KANDAHAR, Afghanistan - Two recently rehired Afghan police opened fire on their commander at a checkpoint in a remote district in the country's south, killing him and six of his men, officials said Tuesday.
It was the latest in a string of so-called "insider attacks" in which Afghan forces open fire on their comrades or international forces. The attacks threaten to shake the confidence of the two sides as the 2014 withdrawal of most of the international troops approaches.
The police chief of volatile Kandahar district said that the two attackers were former policemen who had rejoined the force only two days previously. Gen. Abdul Razaq said they fled in a police vehicle with their dead comrades' weapons after the attack in the remote district of Arghistan late Monday.
"We found the weapons and the vehicle today, and now we are searching for the two policemen," Razaq said.
Taliban insurgents have warned they would infiltrate Afghan security forces to carry out insider attacks. There have been several such attacks in the past year, including officers poisoned while eating.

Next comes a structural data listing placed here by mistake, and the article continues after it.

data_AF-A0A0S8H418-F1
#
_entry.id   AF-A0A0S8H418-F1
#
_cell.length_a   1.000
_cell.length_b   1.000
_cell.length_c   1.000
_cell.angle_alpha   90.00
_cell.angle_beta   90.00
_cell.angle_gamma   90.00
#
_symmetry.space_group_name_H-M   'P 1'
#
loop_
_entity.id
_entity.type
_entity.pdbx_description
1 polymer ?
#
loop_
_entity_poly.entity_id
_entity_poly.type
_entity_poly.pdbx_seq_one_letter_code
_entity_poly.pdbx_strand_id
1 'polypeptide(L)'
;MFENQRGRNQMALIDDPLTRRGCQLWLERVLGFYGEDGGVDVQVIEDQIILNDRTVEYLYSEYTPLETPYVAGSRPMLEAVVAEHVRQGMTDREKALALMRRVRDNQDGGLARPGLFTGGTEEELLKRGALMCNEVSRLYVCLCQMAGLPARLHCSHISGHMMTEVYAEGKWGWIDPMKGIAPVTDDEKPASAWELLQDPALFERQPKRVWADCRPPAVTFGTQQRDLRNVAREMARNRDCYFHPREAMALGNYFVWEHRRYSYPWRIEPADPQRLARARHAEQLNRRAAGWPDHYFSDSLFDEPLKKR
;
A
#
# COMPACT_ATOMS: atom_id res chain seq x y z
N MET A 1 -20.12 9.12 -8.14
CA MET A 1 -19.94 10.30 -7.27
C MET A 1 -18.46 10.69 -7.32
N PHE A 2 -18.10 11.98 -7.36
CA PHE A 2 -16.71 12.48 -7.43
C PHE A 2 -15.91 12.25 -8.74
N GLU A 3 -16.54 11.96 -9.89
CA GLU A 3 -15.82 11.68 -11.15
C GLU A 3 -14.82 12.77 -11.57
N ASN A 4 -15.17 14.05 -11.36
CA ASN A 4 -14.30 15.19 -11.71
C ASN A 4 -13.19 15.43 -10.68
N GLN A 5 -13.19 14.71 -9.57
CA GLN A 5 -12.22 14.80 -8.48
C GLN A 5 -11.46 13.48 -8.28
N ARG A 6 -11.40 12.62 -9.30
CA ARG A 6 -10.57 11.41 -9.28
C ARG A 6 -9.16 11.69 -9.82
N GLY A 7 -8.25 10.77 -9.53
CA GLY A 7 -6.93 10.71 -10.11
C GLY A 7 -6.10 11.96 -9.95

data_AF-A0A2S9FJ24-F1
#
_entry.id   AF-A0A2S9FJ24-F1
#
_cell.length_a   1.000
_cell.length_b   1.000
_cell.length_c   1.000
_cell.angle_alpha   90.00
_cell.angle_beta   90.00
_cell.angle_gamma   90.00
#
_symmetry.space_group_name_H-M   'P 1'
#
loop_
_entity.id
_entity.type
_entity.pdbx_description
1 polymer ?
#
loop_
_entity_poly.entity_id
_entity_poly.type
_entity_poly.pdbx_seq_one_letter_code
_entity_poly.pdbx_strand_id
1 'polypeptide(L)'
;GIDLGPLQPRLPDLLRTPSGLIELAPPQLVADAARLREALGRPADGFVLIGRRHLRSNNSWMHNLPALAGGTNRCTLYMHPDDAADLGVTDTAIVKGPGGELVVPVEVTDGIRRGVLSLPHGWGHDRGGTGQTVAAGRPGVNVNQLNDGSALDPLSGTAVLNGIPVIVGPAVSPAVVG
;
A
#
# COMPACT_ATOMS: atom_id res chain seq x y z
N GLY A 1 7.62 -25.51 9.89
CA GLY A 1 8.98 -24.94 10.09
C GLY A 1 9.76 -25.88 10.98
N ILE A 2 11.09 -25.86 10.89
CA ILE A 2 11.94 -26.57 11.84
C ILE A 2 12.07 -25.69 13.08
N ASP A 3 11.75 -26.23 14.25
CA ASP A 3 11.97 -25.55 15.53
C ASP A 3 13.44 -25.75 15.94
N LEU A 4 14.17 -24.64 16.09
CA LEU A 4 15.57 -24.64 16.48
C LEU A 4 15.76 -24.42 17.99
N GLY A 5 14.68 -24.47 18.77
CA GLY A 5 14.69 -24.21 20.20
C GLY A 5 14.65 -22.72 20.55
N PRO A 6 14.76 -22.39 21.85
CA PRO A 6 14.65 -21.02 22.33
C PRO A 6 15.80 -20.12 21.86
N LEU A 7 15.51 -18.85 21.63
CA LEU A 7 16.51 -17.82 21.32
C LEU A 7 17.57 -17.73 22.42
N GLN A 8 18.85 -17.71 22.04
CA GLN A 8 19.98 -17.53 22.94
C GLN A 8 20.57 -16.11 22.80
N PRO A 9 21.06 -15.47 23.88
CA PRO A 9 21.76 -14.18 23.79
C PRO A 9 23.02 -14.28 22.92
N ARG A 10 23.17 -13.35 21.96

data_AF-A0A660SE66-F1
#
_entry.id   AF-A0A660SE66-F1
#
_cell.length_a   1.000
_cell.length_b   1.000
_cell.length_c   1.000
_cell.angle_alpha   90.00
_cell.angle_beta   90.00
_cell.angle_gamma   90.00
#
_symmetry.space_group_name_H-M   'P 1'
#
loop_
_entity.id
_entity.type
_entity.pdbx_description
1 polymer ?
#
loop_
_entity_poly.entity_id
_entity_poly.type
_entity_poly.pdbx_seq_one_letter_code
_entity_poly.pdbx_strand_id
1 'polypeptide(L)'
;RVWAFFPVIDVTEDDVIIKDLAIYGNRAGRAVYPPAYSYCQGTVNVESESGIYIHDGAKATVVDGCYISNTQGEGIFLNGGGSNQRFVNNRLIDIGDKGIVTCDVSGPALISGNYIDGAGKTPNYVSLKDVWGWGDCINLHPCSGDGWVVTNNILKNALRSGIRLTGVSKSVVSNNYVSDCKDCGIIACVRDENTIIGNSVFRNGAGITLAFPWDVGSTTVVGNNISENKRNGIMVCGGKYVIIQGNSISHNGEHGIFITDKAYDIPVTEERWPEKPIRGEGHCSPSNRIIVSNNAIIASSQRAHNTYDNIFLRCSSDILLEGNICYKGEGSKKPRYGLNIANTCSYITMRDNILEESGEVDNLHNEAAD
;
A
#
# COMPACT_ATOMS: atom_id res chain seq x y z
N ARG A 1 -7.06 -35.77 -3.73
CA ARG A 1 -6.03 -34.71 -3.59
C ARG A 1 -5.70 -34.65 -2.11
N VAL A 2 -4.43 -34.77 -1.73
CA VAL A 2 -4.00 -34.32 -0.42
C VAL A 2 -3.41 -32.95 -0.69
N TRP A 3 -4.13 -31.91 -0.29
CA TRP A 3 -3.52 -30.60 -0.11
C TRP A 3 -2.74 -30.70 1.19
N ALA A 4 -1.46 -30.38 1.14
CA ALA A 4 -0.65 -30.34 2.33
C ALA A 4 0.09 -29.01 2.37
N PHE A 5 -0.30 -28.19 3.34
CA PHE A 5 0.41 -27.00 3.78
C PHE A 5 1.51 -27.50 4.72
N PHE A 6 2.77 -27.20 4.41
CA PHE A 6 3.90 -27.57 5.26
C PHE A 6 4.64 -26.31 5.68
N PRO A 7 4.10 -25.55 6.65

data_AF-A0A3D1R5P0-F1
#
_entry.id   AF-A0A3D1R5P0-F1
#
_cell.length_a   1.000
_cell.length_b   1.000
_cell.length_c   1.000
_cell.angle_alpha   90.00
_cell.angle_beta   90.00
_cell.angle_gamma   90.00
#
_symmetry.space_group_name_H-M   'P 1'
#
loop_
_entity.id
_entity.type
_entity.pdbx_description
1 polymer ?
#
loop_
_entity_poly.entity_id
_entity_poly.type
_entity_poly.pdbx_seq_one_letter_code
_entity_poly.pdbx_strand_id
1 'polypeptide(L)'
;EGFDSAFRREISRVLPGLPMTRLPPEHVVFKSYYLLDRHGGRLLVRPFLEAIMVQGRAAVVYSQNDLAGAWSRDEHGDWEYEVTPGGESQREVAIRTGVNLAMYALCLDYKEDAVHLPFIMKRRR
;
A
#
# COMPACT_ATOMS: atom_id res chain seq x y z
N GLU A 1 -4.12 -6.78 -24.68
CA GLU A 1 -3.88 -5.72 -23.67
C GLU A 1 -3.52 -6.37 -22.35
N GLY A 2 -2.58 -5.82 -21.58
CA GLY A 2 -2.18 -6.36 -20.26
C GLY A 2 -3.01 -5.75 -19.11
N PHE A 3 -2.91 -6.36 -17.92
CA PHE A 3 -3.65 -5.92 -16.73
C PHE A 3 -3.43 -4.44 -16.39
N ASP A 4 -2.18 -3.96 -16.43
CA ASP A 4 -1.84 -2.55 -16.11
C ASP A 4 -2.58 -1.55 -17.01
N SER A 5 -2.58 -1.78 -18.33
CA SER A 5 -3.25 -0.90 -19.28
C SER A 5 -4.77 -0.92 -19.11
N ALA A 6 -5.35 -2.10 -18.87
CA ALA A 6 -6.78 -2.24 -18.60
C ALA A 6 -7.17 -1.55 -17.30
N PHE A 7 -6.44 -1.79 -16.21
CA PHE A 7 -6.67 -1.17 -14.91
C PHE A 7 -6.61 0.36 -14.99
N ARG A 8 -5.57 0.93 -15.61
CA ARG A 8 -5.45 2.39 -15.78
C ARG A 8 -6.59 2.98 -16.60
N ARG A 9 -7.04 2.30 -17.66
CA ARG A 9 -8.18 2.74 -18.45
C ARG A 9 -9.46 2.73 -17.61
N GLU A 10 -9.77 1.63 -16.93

The most recent such attack was May 5, when an Afghan soldier turned his weapon on two U.S. Marines he was working with and killed them.
In March, an Afghan policeman opened fire on his comrades, killing four Afghan security personnel and two American troops.
The Taliban claims most of the insider attacks, but the international coalition has said some of them are sparked by personal disputes.
Also Tuesday, a roadside bomb under a bridge hit an Afghan lawmaker's convoy on a major highway north of Kabul, killing five people.
Lawmaker Obaidullah Ramin from northern Baghlan province said he did not believe he was intentionally targeted by the explosion early Tuesday.
He said the main highway leading north out of Kabul is often mined by Taliban insurgents to target official-looking convoys. Police confirmed his account.
Three of Ramin's relatives were among the dead.
Roadside bombs are a favorite Taliban weapon to target government officials as well as Afghan and international military forces.
The insurgents have stepped up attacks in recent weeks, seeking to weaken the government and security forces as foreign troops pull back in preparation for the international coalition turning over security operations to local units next year.